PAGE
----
United States

Tax Court allows bonus depreciation, solar energy credit to taxpayer

TAX ALERT  | 

On June 5, 2018, the United States Tax Court ruled in favor of the petitioner Taxpayer in claiming the Solar Energy Credit under sections 46 and 48 and MACRS bonus depreciation under section 168(k)(5).

Facts

Ken Salveson initially entered into agreements with three property owners to provide discounted electricity in exchange for permission to install solar panels and equipment and retain all benefits and burdens of ownership (including any resulting tax credits and rebates). The initial agreements were entered into and the equipment was installed between March 2010 and Dec. 2010. The local utility companies connected the equipment to the grid thereafter in 2011. The three properties generated a total of $57,750 in tax rebates, assigned to Mr. Salveson. In Jan. 2011, Petitioner Taxpayer Donald Golan agreed to purchase the equipment on the three properties for $300,000, comprising of 1) a $90,000 down payment, 2) a $57,750 credit for the tax rebates, and 3) a promissory note of $152,250. The note was secured by the equipment and guaranteed by Mr. Golan, and while Mr. Golan was in default regarding the down payment in 2011, the contract was never cancelled.

Mr. Golan claimed depreciation of $255,000 and an energy investment credit of $90,000 (30 percent of $300,000). The Internal Revenue Service (IRS) disallowed the deduction and credit, although citing inaccurate and irrelevant code sections. As such, the IRS held the burden of proof for the following issues subsequently raised:

  • Petitioner failed to establish a basis in the property
  • Petitioner did not satisfy the requirements of section 168(k)(5) for 100 percent special depreciation
  • Petitioner did not have sufficient amounts at risk under section 465
  • Losses attributed to petitioner are subject to section 469 passive activity loss limitations

Analysis and conclusions

For each issue, the Tax Court ruled as follows:

  • In order to claim the depreciation and credit, the taxpayer must have a tax basis in the property. Mr. Golan did not pay towards the down payment in 2011, and the tax rebates were assigned to Mr. Salveson (which acted as a price reduction). Therefore, the note of $152,250 is Mr. Golan’s basis in the equipment.
  • Depreciation under section 168(k)(5) is dependent on when the property is placed in service. As Mr. Golan purchased the equipment in 2011, it was therefore acquired by him in 2011 and cannot be placed in service prior. Additionally, because the equipment was not connected to the grid until 2011, it is considered placed in service in 2011 and eligible for the accelerated depreciation.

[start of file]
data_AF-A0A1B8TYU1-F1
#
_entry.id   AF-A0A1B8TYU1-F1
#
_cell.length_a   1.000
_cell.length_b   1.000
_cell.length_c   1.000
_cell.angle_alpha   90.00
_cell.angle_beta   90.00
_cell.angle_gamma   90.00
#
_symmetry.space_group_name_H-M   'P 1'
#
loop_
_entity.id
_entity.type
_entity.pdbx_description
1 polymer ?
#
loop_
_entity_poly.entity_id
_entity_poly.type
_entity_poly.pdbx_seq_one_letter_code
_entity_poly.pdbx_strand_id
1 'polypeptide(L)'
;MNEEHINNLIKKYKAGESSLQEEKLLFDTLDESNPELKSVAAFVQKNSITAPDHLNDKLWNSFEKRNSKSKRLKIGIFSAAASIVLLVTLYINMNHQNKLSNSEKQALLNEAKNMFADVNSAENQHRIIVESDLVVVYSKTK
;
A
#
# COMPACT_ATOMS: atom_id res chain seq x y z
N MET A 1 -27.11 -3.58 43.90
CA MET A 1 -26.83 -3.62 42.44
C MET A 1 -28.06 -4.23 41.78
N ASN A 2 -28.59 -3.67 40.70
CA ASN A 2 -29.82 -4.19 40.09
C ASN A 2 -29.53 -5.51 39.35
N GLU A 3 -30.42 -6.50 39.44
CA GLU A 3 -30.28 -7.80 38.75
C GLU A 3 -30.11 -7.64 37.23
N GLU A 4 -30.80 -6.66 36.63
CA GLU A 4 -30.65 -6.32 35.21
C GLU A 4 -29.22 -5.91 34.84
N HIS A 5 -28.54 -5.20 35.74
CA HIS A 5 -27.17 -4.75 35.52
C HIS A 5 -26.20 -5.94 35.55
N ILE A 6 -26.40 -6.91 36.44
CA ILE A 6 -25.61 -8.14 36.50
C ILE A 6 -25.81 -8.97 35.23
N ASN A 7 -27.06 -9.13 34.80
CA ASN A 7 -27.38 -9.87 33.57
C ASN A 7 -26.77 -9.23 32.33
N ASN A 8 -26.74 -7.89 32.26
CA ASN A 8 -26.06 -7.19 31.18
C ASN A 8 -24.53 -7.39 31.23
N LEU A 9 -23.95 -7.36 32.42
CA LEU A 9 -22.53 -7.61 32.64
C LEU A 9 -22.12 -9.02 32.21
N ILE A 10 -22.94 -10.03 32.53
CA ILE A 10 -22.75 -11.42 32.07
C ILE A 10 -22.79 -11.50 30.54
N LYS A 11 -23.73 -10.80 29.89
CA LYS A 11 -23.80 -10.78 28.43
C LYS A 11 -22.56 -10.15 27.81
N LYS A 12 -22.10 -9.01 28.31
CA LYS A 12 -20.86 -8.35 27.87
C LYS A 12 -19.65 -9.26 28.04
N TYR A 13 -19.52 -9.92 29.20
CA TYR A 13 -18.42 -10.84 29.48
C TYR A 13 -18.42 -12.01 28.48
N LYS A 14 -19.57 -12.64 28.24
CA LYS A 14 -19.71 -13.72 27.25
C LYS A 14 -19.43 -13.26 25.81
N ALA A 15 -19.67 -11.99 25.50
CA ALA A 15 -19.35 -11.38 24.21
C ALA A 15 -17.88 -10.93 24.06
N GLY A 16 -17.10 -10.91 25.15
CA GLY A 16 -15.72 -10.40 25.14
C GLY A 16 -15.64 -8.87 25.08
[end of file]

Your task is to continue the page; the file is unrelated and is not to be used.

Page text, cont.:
• Section 465 limits the loss deduction to the amount at risk. Reviewing the facts and circumstances and the possibility of Mr. Salveson’s continuing interest in the equipment, Mr. Golan did maintain financial risk as the promissory note required monthly payments of revenue generated. Mr. Salveson’s right to the gross revenue is permitted within the regulations, and Mr. Golan was at risk with respect to the $152,250 promissory note.
  • Under section 469, passive activity losses cannot reduce income from non-passive activities. With reference to case law, Mr. Golan materially participated in the solar activity on a continuous, substantial basis with over 100 hours on the activity in 2011 (which is not less than that of any other individual).

The Tax Court also held that Mr. Golan acted with reasonable cause and in good faith, as he frequently met with his competent tax preparer and provided the necessary documentation. As such, Mr. Golan was not liable for accuracy related penalties.

Takeaways

  • Solar energy property that is to be connected to the energy grid is not considered placed in service until it is connected to the grid and capable of generating electricity, even if it is otherwise ready and available for testing.
  • It is possible for a party to purchase solar equipment that another party developed and constructed shortly before the solar arrays are placed in service and still be eligible to claim the energy investment credit; even if the original developer had already executed power purchase agreements with the property owners who will be using the solar energy.
  • Taxpayers should be mindful of the amounts considered at risk for purposes of calculating a tax basis.
  • In order to claim section 168(k) bonus depreciation, timing is crucial as allowance is only available “for the taxable year in which such property is placed in service.”
  • Section 465 deductions are only limited to amounts for which the taxpayer is at risk, oftentimes what they are personally liable for. Be mindful of any other parties that may have an interest in the property at question.
  • The passive activity loss limitations of section 469 may require a look into the taxpayer’s activities, including material participation activities involvement.
  • A facts and circumstances approach is used to defend again accuracy related penalties, primarily based on reasonable cause and good faith.

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